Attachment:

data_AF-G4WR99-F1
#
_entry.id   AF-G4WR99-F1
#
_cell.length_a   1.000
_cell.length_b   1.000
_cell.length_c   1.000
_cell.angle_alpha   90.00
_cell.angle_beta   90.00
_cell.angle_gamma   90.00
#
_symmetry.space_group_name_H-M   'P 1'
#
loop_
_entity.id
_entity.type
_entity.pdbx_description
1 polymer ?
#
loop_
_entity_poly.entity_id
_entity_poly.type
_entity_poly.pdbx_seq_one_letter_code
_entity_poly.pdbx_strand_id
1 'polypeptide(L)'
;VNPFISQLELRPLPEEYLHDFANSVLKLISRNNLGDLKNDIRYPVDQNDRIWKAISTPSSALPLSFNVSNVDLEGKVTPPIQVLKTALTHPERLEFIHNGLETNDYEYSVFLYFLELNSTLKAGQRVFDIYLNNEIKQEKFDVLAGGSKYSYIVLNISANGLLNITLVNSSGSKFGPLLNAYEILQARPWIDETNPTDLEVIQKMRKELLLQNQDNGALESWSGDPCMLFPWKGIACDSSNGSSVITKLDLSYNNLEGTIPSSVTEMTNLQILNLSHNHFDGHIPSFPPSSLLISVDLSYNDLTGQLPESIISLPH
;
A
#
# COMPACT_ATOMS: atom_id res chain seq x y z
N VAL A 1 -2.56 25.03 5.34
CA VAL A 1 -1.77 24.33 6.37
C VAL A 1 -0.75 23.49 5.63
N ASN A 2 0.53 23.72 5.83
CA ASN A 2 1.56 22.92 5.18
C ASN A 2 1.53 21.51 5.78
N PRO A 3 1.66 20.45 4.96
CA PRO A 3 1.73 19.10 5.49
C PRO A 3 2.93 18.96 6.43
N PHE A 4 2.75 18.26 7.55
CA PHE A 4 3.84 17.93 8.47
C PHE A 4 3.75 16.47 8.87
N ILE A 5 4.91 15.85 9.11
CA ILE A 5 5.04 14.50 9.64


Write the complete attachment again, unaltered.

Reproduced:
data_AF-G4WR99-F1
#
_entry.id   AF-G4WR99-F1
#
_cell.length_a   1.000
_cell.length_b   1.000
_cell.length_c   1.000
_cell.angle_alpha   90.00
_cell.angle_beta   90.00
_cell.angle_gamma   90.00
#
_symmetry.space_group_name_H-M   'P 1'
#
loop_
_entity.id
_entity.type
_entity.pdbx_description
1 polymer ?
#
loop_
_entity_poly.entity_id
_entity_poly.type
_entity_poly.pdbx_seq_one_letter_code
_entity_poly.pdbx_strand_id
1 'polypeptide(L)'
;VNPFISQLELRPLPEEYLHDFANSVLKLISRNNLGDLKNDIRYPVDQNDRIWKAISTPSSALPLSFNVSNVDLEGKVTPPIQVLKTALTHPERLEFIHNGLETNDYEYSVFLYFLELNSTLKAGQRVFDIYLNNEIKQEKFDVLAGGSKYSYIVLNISANGLLNITLVNSSGSKFGPLLNAYEILQARPWIDETNPTDLEVIQKMRKELLLQNQDNGALESWSGDPCMLFPWKGIACDSSNGSSVITKLDLSYNNLEGTIPSSVTEMTNLQILNLSHNHFDGHIPSFPPSSLLISVDLSYNDLTGQLPESIISLPH
;
A
#
# COMPACT_ATOMS: atom_id res chain seq x y z
N VAL A 1 -2.56 25.03 5.34
CA VAL A 1 -1.77 24.33 6.37
C VAL A 1 -0.75 23.49 5.63
N ASN A 2 0.53 23.72 5.83
CA ASN A 2 1.56 22.92 5.18
C ASN A 2 1.53 21.51 5.78
N PRO A 3 1.66 20.45 4.96
CA PRO A 3 1.73 19.10 5.49
C PRO A 3 2.93 18.96 6.43
N PHE A 4 2.75 18.26 7.55
CA PHE A 4 3.84 17.93 8.47
C PHE A 4 3.75 16.47 8.87
N ILE A 5 4.91 15.85 9.11
CA ILE A 5 5.04 14.50 9.64